SIGMOD Keynote Talk
Jeff Dean (Google)
Building Machine Learning Systems that Understand
Over the past five years, deep learning and large-scale neural networks have made significant advances in speech recognition, computer vision, language understanding and translation, robotics, and many other fields. Deep learning allows the use of very raw forms of data in order to build higher-level understanding of data automatically, and can also be used to learn to accomplish complex tasks. In the next decade, it is likely that a fruitful direction for research in data management will be in how to seamlessly integrate these kinds of machine learning models into systems that store and manage data. In this talk, I will highlight some of the advances that have been made in deep learning and suggest some interesting directions for future research.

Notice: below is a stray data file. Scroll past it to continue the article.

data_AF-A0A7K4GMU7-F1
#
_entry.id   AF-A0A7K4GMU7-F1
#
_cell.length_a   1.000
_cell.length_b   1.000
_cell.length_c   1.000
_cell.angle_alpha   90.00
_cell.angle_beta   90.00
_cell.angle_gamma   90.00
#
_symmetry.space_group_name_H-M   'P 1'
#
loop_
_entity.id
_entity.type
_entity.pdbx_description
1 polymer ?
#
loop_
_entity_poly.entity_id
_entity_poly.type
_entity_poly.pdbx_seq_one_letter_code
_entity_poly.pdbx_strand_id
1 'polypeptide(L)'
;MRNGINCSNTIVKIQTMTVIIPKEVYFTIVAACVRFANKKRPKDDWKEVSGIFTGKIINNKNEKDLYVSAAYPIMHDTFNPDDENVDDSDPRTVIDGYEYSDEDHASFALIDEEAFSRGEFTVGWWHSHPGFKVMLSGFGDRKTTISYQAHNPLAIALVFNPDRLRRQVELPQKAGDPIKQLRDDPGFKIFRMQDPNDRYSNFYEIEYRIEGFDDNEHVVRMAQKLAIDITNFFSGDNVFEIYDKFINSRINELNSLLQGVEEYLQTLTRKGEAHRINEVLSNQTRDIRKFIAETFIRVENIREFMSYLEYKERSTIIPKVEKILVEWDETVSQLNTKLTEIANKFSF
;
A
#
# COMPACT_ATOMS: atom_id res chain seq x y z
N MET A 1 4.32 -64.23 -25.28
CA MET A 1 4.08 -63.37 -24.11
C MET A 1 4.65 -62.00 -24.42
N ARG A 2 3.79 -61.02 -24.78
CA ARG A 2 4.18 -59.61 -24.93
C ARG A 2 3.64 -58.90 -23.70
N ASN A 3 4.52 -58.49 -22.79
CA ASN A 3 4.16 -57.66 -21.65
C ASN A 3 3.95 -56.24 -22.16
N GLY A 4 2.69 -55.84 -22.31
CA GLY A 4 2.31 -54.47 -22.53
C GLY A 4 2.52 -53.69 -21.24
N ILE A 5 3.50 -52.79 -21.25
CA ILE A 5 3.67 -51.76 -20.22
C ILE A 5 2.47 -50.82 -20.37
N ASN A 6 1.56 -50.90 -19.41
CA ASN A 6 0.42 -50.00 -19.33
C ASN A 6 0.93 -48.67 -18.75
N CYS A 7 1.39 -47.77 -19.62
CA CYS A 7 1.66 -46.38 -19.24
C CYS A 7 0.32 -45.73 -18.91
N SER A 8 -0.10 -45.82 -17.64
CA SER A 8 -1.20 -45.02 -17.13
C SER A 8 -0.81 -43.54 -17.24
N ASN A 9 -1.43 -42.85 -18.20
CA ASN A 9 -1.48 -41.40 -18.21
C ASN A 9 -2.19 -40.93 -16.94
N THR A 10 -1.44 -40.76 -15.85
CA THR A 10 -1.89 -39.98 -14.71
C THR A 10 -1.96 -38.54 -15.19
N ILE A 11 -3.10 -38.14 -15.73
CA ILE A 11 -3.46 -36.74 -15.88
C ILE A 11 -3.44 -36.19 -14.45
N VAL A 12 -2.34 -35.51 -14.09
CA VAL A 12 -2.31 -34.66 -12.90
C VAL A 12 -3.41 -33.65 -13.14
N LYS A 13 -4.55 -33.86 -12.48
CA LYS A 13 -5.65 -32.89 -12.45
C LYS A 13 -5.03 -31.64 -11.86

Jeff Dean joined Google in 1999 and is currently a Google Senior Fellow in Google's Research Group, where he leads Google's deep learning research team in Mountain View, working on systems for speech recognition, computer vision, language understanding, and various predictive tasks. He has co-designed/implemented five generations of Google's crawling, indexing, and query serving systems, and co-designed/implemented major pieces of Google's initial advertising and AdSense for Content systems. He is also a co-designer and co-implementor of Google's distributed computing and storage infrastructure, including the MapReduce, BigTable, Spanner and TensorFlow systems, protocol buffers, LevelDB, and a variety of internal and external libraries and developer tools. He is currently working on large-scale distributed systems for machine learning. He received a Ph.D. in Computer Science from the University of Washington in 1996, working with Craig Chambers on compiler techniques for object-oriented languages. He is a Fellow of the ACM and the AAAS, a member of the U.S. National Academy of Engineering, and a recipient of the Mark Weiser Award and the ACM-Infosys Foundation Award in the Computing Sciences.